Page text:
Standing in the basement of Bethel-Bethany United Church of Christ, artist Tia Richardson holds up a vibrant painting to a group of 16 community members.
Smiling, Richardson points to the large white board behind her where community issues and concerns are written in blue ink. "Everything we talked about and everything you care about is all on here," Richardson told the group.
The design for "Sherman Park Rising," a mural created by Richardson, was unveiled recently to residents and members of neighborhood associations.
With funding from the Milwaukee Department of Neighborhood Services, in partnership with the nonprofit organization Safe & Sound, the 17x56-foot mural will sit on the east-facing wall of the property at 4715 W. Center St.
"I think this will be an anchor to the community, a reminder of the hope we all have," said Gabriel Taylor, a representative of the Sherman Park youth initiative, Program the Parks.
About 30 community members participated in two workshops in June to identify the concepts for the mural. Richardson said that it was the largest group she has worked with on a mural project.
"A project of this size is time consuming, but the passion and drive that this community has to create unity pushed me to take on this job and keeps me motivated," said Richardson.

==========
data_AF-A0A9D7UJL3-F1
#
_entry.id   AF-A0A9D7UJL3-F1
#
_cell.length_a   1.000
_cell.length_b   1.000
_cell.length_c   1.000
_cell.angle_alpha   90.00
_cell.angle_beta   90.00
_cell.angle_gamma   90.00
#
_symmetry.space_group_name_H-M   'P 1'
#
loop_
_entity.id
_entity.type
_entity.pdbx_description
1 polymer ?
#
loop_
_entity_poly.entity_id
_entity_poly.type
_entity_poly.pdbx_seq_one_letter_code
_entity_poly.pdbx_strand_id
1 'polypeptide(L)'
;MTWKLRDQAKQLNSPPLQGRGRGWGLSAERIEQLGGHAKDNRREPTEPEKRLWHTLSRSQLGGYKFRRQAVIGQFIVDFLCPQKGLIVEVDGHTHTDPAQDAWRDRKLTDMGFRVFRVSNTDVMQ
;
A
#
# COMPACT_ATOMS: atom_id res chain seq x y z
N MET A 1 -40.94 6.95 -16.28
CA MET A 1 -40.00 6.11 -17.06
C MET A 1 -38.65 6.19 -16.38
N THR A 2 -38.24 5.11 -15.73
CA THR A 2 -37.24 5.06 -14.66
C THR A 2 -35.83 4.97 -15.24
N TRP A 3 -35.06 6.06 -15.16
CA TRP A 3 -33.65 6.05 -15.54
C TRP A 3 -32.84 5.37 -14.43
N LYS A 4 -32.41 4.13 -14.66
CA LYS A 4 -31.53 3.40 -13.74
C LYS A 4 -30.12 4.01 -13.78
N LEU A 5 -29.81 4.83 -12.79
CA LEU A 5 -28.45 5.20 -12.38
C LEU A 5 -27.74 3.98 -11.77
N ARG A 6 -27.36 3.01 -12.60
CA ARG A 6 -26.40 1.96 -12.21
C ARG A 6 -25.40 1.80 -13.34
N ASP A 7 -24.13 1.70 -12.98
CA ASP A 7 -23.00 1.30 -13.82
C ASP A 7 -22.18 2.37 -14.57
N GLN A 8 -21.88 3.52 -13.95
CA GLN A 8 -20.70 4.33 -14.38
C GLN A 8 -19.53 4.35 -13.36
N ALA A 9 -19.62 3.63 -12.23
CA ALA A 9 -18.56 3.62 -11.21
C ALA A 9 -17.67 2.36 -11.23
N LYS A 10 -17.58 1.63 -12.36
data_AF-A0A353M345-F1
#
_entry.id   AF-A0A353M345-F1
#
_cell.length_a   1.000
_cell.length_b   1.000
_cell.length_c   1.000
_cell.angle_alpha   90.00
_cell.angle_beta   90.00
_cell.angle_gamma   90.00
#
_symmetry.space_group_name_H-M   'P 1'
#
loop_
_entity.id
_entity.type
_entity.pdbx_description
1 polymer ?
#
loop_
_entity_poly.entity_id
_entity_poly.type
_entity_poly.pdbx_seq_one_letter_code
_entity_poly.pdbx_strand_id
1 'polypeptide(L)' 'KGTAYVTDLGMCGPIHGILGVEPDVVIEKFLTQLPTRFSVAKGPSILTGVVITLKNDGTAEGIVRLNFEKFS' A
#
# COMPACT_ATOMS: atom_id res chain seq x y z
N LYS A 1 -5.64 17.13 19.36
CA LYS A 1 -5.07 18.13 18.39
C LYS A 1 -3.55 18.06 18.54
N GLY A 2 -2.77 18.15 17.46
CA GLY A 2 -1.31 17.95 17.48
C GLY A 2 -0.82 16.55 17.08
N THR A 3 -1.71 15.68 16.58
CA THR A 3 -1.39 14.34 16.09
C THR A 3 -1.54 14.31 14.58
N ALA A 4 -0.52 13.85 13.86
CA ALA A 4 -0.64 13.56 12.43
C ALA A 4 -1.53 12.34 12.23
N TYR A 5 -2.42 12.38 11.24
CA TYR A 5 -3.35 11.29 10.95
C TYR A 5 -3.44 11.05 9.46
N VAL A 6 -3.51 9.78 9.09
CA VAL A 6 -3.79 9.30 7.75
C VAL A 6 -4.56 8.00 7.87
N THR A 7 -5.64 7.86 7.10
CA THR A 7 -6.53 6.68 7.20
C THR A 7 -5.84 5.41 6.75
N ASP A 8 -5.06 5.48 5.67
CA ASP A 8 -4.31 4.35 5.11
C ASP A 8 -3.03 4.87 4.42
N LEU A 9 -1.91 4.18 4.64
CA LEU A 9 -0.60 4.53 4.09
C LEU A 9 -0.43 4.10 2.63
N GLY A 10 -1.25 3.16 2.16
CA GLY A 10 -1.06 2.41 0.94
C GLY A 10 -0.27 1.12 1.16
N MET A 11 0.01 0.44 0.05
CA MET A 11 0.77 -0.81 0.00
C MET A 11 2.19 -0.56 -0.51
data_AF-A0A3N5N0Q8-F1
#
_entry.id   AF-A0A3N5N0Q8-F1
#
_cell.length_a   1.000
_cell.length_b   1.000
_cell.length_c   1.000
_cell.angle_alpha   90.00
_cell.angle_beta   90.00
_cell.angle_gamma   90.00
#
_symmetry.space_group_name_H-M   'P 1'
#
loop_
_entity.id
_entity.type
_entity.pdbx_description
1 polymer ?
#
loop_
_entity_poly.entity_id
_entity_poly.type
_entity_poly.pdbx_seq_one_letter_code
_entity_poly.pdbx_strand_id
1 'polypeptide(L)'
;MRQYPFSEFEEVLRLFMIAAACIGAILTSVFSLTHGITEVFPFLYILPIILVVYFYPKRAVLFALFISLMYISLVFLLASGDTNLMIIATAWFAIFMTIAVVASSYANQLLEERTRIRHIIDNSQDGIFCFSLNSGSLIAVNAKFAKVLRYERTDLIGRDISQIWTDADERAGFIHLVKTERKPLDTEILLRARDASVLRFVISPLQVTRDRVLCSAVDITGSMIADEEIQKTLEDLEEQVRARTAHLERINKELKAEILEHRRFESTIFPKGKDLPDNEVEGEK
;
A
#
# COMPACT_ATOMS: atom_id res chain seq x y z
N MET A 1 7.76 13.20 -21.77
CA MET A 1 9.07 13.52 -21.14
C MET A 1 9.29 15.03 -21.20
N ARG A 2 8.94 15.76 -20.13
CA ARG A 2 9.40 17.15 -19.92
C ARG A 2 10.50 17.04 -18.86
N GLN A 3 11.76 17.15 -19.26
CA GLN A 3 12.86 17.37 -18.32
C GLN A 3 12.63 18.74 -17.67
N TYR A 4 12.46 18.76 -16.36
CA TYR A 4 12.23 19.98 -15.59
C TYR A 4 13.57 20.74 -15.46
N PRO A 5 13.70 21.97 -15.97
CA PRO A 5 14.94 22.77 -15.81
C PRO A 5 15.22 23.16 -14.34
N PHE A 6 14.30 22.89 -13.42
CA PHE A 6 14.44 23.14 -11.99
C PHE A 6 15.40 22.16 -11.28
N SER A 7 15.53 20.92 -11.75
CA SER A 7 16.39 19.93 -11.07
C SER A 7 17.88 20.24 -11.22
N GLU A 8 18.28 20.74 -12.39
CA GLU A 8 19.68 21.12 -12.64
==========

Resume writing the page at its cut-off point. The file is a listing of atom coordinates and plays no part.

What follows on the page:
Groups such as the Sherman Park Community Association, Sherman Park Action Network (SPAN) and Saint Catherine School worked with Safe & Sound’s District 7 community organizer Amanda Schick to commission the mural.
Toni Wagner, a Sherman Park resident and SPAN member, met with Schick about nine months ago to discuss how to beautify Center Street. "Amanda helped us find Tia, who is doing a beautiful job," said Wagner.
Richardson said "Sherman Park Rising" is inspiring, uplifting and offers hope. "I believe that is what this community is crying out for – hope," she added.
Richardson noted that the purple vines in the illustration represent all the issues that hold community members back. The white lilies stemming from the vines portray the hope that the community holds dear.
Speaking to the group in the Bethel-Bethany basement, Richardson added, "The issues you guys mentioned like gun violence, trauma, diversity and culture are all represented." The bright sun in the back represents a catalyst for action and change, as well as a look into a brighter future, she said.
Community members are invited to participate in painting the mural on Saturday and Sunday from 1 p.m. to 5 p.m.
Devvie Walton, who attended a community paint day Tuesday, is a Sherman Park resident who believes in the impact of positive imagery. "I have been a resident here for over 18 years," said Walton. "I want to see Sherman Park thrive, and I know that the mural on Center Street will be a constant reminder to unite and continue to reach our goals."
Added Richardson, "Sherman Park is filled with so many caring individuals who come together and share a passion and commitment to build a better community, and that’s what this mural really shows."